Evaluates the diagnosis and treatment of Chagas disease and its complications.
American Trypanosomiasis or Chagas disease, caused by the protozoan Trypanosoma cruzi, is responsible for the highest disease burden of any parasitic disease in the Western Hemisphere. In the absence of a successful treatment, the infection continues to exist throughout life and causes severe heart disease in one third of the infected people.
Chagas chronic heart disease can be clinically silent at the beginning of the course of the disease, but can pass into dilated cardiomyopathy with heart failure, ventricular arrhythmias and conduction disturbances, stroke and other systemic or pulmonary disorders.
It is estimated that nearly 6 million people have Chagas disease. Although most of these infected people live in Mexico, Central America and South America, migration patterns have resulted in a large number of infected individuals in previously unaffected areas. , including Europe, Japan, Australia, Canada and the United States with around 300,000 people in the United States alone.
Chagas disease has been attacked by the Centers for Disease Control and Prevention (CDC) as one of the 5 neglected parasitic infections in the United States. The CDC provides educational resources for communities and providers and supports physicians by helping with diagnostic tests and the release of anti-pancreatic drugs.
Nevertheless, Chagas disease is still poorly recognized outside of Latin America. Most American immigrants from endemic countries have limited knowledge about Chagas disease or the risk of infection, and many have limited access to diagnostic and treatment facilities due to insurance or immigration problems.
Infected people are widely distributed in more than 40 states, making extensive assessments and screening a challenge. Most health professionals in the US. UU. They have limited knowledge and knowledge of Chagas disease and are therefore unlikely to discover any risks.
It is responsible for 7.5 times more life years lost corrected for disability than malaria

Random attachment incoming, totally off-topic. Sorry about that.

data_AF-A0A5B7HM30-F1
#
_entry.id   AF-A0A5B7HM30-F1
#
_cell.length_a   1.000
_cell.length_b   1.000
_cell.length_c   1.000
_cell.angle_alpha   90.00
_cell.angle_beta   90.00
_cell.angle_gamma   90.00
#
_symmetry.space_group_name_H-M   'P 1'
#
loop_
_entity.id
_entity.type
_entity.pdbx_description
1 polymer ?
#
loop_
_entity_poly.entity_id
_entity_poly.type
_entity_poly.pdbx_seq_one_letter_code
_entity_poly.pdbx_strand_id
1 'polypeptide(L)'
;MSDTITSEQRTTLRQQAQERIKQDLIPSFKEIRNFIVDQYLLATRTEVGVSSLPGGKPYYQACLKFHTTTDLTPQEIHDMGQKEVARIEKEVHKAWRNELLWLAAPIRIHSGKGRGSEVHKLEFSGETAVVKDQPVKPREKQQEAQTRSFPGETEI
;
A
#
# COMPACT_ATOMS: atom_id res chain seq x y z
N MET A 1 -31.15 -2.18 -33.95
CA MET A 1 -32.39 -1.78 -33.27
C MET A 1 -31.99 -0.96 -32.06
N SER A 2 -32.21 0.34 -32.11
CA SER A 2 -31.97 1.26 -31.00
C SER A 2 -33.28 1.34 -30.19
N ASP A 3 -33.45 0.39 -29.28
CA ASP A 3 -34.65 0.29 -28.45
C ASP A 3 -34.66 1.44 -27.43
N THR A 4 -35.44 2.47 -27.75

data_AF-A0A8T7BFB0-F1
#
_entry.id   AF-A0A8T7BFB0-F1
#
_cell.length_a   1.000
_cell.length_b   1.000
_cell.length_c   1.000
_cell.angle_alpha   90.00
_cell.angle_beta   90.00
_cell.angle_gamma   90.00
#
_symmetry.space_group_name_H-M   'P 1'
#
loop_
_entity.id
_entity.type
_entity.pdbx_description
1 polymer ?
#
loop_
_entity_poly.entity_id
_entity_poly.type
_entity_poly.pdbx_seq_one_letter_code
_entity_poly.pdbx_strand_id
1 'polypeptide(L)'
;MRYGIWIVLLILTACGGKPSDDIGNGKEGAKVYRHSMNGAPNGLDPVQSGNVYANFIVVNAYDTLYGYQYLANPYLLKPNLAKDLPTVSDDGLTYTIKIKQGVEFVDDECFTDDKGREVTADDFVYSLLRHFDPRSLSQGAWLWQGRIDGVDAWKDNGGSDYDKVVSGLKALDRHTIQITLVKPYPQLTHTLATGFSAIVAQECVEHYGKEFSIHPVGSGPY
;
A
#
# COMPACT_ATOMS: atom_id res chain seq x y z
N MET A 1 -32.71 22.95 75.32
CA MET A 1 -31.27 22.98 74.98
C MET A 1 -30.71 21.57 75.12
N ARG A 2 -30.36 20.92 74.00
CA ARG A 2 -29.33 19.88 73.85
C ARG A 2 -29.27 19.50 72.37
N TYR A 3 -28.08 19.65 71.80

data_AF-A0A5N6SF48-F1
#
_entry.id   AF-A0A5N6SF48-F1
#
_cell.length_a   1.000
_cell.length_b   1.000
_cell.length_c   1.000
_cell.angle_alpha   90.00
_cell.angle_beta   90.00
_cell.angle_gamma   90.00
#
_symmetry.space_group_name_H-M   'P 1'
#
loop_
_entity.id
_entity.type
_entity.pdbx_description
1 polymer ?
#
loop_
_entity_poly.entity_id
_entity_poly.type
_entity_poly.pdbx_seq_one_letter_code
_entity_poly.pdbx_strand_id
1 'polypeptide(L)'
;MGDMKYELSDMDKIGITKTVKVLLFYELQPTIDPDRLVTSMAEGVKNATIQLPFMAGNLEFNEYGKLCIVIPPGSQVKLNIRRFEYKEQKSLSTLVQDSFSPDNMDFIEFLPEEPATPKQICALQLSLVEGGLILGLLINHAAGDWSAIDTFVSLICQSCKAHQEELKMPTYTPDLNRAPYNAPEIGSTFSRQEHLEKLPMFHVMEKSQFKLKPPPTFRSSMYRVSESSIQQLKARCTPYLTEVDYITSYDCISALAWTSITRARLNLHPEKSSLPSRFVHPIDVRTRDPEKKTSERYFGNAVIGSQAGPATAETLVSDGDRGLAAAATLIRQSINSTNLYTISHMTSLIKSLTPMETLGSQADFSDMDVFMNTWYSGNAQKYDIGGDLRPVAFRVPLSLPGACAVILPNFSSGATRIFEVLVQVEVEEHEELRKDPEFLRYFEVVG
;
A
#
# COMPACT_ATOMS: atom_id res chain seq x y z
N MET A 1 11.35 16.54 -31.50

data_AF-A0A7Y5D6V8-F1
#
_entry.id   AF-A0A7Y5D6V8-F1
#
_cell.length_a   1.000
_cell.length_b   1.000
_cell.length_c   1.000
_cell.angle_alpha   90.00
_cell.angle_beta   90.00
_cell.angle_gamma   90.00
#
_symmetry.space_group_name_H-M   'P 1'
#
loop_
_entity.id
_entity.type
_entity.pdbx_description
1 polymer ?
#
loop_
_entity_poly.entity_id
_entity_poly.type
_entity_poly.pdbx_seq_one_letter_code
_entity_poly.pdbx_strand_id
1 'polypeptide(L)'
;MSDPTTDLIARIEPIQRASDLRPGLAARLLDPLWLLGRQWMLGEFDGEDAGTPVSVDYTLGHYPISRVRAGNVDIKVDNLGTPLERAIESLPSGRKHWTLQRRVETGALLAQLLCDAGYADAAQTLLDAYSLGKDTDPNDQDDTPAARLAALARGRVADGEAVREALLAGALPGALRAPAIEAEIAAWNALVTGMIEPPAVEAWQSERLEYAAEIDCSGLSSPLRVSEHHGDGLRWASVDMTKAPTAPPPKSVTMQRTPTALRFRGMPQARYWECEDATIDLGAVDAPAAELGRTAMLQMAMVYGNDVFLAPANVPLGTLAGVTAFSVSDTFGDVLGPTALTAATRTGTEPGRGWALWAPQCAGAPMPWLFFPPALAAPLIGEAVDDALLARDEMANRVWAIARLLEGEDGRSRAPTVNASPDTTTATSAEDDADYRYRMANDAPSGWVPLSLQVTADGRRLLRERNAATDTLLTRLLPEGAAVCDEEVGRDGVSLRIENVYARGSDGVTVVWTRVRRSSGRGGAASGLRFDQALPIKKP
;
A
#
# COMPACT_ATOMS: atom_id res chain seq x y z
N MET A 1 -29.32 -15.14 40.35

In North and South America, Chagas disease is responsible for 7.5 times more life years adjusted for disability lost than malaria.
Strategies focused on vector control and transmission have led to a significant reduction in global prevalence, which is now estimated at 6 million people compared to 8 million in 2005 and 18 million in 1990.
Despite these improvements, in the 21 endemic countries, it is assumed that 13% of the population remains in danger.
The estimated national infection is highest in Bolivia (6.1%), followed by Argentina (3.6%) and Paraguay (2.1%), while the largest number of people with Chagas disease, 42% of all cases , They live in Brazil (almost 1.2 million people) and Argentina (1.5 million people). It is assumed that nearly 1.2 million people in these countries have Chagas cardiomyopathy.
Estimated number of cases of Chagas disease outside of Latin America.
* States with documented types of triatomines that enable the transmission of the vector. Compiled data from Bern et al, Bern and Montgomery, Gascon et al, and Navarro et al.2
Chagasic heart disease
Sudden death is the most common common cause of death
It is the main manifestation of Chagas disease, which results in the majority of Chagas disease and mortality. Although generally classified as having a hemodynamic pattern of dilated cardiomyopathy, the typical predominant distribution is fibrosis in the posterior and apical areas.
The LV region & # 39; s and the involvement of the sinus node and electrical conduction system distinguish Chagas disease from other cardiomyopathies. The clinical manifestations of Chagas heart disease are due to abnormalities in electrical conduction, contractile dysfunction of the myocardium, arrhythmia or thromboembolism.
In most studies, the sudden death it is the most common common cause of death (55% -60%), followed by heart failure (25% -30%) and embolic events (10% -15%), but the ratios vary depending on the population studied.
Illustration of the most frequent findings in patients with Chagas cardiomyopathy. PVC indicates premature ventricular contraction; RBBB, right branch block; and VT ventricular tachycardia.
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